For the duration of a workshop hosted by Art for AIDS International, people of all ages, whether they are a young child, a student volunteer or an adult can come together and are educated and exposed to the reality of HIV and AIDS and those it affects. Through the medium of art, people partaking in the workshop(s) are then left to express themselves and how they feel about what they’ve been taught through different artistic methods such as finger painting and unique collages. For an hour or two of that day, there is no pressure to meet an ideal or to try and produce a piece of artwork that will be critiqued or judged. For an hour or two, you can let your imagination run wild and let your thoughts and feelings come to life; no strings attached.
There is a great freedom in not being told what to do. At these workshops, Hendrikus pairs art with HIV and AIDS awareness in a way that will resonate with a variety of people all over the world. At Art for AIDS International, our goal is educate people about the epidemic of HIV and AIDS through art. But it doesn’t just stop there. Art for AIDS International also strives to expose unlocked potential, to show people from all walks of life that they are valued and can make a difference. Whether they cut and paste or host their own workshops; their role in the world, whether big or small matters. Many times we see beauty in others and other things that we forget to see in ourselves. On top of spreading HIV and AIDS awareness, Art for AIDS International reminds us that there is beauty in all things, including ourselves.
- Clemence Ngandu

A Response to a TED Talk by Kristen Ashburn

The following post was written by Marie-France Roche, student intern at Art for AIDS International.


“When I first arrived in beautiful Zimbabwe, it was difficult to understand that 35 percent of the population is HIV positive. It really wasn’t until I was invited to the homes of people that I started to understand the human toll of the epidemic.”-Kristen Ashburn

In this inspiring TED talk, Kristen Ashburn, a talented documentary photographer, shares her experiences of her visit to Zimbabwe. Ashburn met and photographed several people affected by the HIV and AIDS, many of whom had little hope of survival. Her most devastating photographs depict young people affected by AIDS. One boy, named Herbert, is pictured with his grandmother, so frail that he is hardly able to hold himself up. Herbert lost both his parents to AIDS, and eventually lost his own life to the disease. Ashburn’s photographs capture the too-often traumatizing reality of AIDS in the most heavily affected region of the world.

At Art for AIDS International, students participating in workshops translate their insights into the production of unique collage artwork. Although these pieces do not always directly reflect the effects of the AIDS epidemic, they inspire students to engage in the cause by responding to what they've learned in the workshop. Ashburn’s work brings individuals closer with those facing adversity. Our workshops do not only create awareness about the prominence of  AIDS in Africa, but also bring the students closer to the cause through participatory involvement in producing this artwork.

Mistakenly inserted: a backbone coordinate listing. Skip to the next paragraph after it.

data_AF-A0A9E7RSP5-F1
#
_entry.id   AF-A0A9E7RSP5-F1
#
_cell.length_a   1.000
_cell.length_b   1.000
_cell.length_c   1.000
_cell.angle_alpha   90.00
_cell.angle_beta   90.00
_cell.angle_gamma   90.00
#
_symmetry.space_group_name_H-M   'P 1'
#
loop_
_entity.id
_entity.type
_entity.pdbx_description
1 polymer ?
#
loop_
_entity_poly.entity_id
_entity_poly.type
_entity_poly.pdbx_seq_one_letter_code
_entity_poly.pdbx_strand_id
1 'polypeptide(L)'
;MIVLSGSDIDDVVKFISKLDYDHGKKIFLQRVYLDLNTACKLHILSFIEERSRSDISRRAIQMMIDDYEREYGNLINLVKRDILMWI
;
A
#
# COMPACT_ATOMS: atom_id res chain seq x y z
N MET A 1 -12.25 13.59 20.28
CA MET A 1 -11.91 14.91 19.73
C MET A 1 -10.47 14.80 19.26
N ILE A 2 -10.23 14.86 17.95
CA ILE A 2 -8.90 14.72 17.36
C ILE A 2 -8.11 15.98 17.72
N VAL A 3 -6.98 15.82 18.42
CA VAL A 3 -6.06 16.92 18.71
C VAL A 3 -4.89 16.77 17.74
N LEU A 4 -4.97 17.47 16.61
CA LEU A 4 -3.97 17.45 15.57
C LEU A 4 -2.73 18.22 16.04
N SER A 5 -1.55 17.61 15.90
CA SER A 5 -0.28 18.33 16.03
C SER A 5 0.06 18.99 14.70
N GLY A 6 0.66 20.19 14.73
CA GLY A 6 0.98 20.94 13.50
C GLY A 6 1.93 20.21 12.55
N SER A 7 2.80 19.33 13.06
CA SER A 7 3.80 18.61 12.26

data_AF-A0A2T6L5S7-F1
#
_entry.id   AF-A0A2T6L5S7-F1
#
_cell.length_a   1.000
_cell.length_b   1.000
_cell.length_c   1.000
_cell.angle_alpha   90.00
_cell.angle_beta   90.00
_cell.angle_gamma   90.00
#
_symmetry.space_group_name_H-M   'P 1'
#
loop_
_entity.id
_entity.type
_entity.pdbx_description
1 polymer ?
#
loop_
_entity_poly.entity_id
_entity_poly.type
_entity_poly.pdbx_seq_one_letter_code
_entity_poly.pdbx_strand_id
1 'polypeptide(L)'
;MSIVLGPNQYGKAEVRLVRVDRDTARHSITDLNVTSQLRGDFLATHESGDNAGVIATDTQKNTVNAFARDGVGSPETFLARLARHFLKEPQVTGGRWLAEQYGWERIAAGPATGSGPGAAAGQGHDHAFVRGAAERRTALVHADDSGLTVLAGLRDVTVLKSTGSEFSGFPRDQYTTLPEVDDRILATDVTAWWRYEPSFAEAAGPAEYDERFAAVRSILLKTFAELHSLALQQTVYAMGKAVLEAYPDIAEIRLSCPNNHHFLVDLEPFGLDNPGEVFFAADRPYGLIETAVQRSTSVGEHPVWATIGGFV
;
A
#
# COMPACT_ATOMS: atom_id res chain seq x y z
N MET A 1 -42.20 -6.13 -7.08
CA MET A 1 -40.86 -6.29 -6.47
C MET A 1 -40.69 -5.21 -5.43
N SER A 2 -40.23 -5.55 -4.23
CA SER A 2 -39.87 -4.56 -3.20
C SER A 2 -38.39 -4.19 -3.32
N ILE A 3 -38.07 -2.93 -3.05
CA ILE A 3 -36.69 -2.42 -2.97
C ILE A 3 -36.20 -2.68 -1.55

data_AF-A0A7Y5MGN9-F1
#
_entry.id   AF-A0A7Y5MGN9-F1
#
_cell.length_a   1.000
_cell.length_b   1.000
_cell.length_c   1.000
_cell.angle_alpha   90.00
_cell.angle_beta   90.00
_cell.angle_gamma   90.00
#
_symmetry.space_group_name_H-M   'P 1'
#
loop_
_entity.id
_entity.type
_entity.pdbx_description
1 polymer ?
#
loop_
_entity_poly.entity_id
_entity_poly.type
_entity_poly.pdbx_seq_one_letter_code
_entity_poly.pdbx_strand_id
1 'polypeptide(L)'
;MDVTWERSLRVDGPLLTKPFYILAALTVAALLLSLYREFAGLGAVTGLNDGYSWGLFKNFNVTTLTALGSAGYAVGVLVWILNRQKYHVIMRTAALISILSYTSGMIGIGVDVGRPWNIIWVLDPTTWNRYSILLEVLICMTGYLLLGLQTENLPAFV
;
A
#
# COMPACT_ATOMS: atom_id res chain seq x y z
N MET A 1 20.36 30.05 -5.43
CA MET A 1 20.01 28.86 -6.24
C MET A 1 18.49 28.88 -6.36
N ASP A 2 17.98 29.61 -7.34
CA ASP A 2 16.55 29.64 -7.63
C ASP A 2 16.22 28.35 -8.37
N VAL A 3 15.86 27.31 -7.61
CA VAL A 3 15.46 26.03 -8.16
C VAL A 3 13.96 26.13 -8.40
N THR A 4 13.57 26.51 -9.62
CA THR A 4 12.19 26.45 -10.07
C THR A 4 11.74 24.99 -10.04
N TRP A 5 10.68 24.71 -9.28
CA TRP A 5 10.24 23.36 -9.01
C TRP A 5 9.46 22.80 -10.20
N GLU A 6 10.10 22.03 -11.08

Art can serve as a powerful medium to depict the effects of AIDS, and to engage young people in an important cause. At Art for AIDS International, our work is directly connected to passionate individuals who are involved in AIDS prevention and awareness, and can act as an agent of change by connecting people around the world to the organization.

You can see more of Ashburn’s work here.

Some Thoughts on We Were Here

The following post was written by Marie-France Roche, student intern at Art for AIDS International.

We-Were-Here-editedI recently watched the film We Were Here, a 2011 documentary directed by David Weissman. The film explores the AIDS epidemic in San Francisco in the early eighties. Weissman's piece follows five individuals affected by the AIDS. To me, the most powerful testimony was one by an artist named Daniel Goldstein. He struggled with AIDS throughout his life, losing two of his beloved partners to the disease. He founded Under One Roof, a gift shop where all profits go to educational, medical and support services. In the film, Goldstein explains that volunteers at the shop would often be AIDS patients, and come in once a week to volunteer. Their work at the gift shop, as Goldstein explains, served as the patients’ social life.

Goldstein's initiative reminded me of what we do at Art for AIDS International: Individuals can bond over artwork, and  share their stories and experiences with AIDS. At our workshops or in our gallery, there are always people who have dealt with AIDS to some degree, even if we are not aware of it. By creating a common place dedicated to creating art for a wonderful cause, we can also support those close to us who may have had difficult, life-changing experiences with AIDS.

Goldstein’s artwork has also been hugely successful. "Medicine Man II" is the second project by Goldstein for Make Art Stop AIDS. Using the medication bottles of South African individuals living with HIV, the sculpture also incorporates dozens of brightly colored, hand beaded spindles, created by the craftspeople of the UMCEBO Trust.

You can check out more of his art at: http://www.danielgoldsteinstudio.comand here is the trailer for We Were Here.